The study took place in the U.S, where children from 20 schools received cognition tests that aimed to measure their abilities.
Limiting the amount of time children spend on screens to less than two hours per day is linked with better cognition, the results of a new study indicate. The guidelines recommend that children in that age group get at least an hour of physical activity, no more than two hours of recreational screen time and nine to 11 hours of sleep per night.
Screen time, physical activity, and sleep are three key components in maintaining - and improving - cognitive skills, researchers say.
Researchers from several Canadian institutions explored data on the daily activity of 4,524 USA children aged between eight and 11, and published their findings in article entitled Associations between 24 hour movement behaviours and global cognition in United States children: a cross-sectional observational study. Both the parents and the children completed questionnaires at the beginning of the study to gauge typical behaviors in these three areas.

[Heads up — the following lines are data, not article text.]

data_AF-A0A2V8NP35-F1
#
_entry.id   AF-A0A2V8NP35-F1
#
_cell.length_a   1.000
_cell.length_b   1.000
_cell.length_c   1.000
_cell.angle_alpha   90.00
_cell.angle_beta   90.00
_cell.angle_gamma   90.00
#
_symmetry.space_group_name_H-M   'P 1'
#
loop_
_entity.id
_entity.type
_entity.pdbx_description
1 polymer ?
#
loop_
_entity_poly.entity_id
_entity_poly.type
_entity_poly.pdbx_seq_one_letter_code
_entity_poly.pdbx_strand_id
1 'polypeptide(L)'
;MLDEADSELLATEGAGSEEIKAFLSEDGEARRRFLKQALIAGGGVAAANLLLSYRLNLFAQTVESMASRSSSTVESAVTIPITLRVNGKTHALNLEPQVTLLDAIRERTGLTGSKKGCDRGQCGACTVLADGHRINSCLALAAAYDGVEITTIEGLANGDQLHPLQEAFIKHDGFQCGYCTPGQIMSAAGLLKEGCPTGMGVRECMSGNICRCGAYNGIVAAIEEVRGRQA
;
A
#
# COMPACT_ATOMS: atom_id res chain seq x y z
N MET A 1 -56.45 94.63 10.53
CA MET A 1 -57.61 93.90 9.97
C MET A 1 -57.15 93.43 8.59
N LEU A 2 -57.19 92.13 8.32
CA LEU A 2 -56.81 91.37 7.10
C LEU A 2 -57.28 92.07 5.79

The researchers measured the children against widely recognised guidelines.
According to the study's authors, additional research is needed to better understand the effects of different kinds of screen time on cognition, and they point out that given the study's observational nature, it does not prove a causative link between screen time on cognition.
"We found that more than two hours of recreational screen time in children was associated with poorer cognitive development".
The authors note some limitations, including that their study is observational so can not establish the underlying causes or the direction of the association. But new research is giving parents around the world a good reason to really focus on creating healthier habits for their family: Having just the right amount of sleep, exercise, and limited screen time (yes, all three!) might be key to developing young people's brain power.
Although there is substantial evidence for the association between physical activity and cognitive development, in this study meeting the physical activity recommendation alone showed no association with cognition. "The link between sedentary behaviours, like recreational screen time, is unclear as this research is in the early stages and it appears to vary depending on the types of screen-based activity".
Unfortunately, only one in 20 children were found to be meeting the recommendations.
A recent report found that the average American teen spends more than six and a half hours each day using screens for entertainment (so not including time spent on homework).